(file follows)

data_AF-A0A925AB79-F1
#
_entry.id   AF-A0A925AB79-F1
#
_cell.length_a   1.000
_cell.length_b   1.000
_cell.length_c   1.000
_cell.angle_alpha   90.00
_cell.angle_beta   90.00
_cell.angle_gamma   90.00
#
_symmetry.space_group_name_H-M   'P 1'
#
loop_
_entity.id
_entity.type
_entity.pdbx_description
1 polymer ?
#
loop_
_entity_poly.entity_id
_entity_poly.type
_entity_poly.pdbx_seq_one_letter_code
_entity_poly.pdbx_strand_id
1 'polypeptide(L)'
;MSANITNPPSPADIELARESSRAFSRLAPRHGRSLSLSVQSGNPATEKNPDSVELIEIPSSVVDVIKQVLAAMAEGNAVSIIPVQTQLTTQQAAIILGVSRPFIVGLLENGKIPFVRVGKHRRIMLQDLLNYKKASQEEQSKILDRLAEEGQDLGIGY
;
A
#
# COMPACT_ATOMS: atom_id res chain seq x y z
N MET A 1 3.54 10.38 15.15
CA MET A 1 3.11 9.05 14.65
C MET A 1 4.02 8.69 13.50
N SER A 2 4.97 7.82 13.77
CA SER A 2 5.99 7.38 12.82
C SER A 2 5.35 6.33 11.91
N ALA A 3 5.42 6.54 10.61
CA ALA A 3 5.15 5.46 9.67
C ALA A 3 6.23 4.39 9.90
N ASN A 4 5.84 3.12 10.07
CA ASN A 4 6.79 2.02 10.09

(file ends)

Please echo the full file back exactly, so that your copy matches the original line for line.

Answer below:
data_AF-A0A925AB79-F1
#
_entry.id   AF-A0A925AB79-F1
#
_cell.length_a   1.000
_cell.length_b   1.000
_cell.length_c   1.000
_cell.angle_alpha   90.00
_cell.angle_beta   90.00
_cell.angle_gamma   90.00
#
_symmetry.space_group_name_H-M   'P 1'
#
loop_
_entity.id
_entity.type
_entity.pdbx_description
1 polymer ?
#
loop_
_entity_poly.entity_id
_entity_poly.type
_entity_poly.pdbx_seq_one_letter_code
_entity_poly.pdbx_strand_id
1 'polypeptide(L)'
;MSANITNPPSPADIELARESSRAFSRLAPRHGRSLSLSVQSGNPATEKNPDSVELIEIPSSVVDVIKQVLAAMAEGNAVSIIPVQTQLTTQQAAIILGVSRPFIVGLLENGKIPFVRVGKHRRIMLQDLLNYKKASQEEQSKILDRLAEEGQDLGIGY
;
A
#
# COMPACT_ATOMS: atom_id res chain seq x y z
N MET A 1 3.54 10.38 15.15
CA MET A 1 3.11 9.05 14.65
C MET A 1 4.02 8.69 13.50
N SER A 2 4.97 7.82 13.77
CA SER A 2 5.99 7.38 12.82
C SER A 2 5.35 6.33 11.91
N ALA A 3 5.42 6.54 10.61
CA ALA A 3 5.15 5.46 9.67
C ALA A 3 6.23 4.39 9.90
N ASN A 4 5.84 3.12 10.07
CA ASN A 4 6.79 2.02 10.09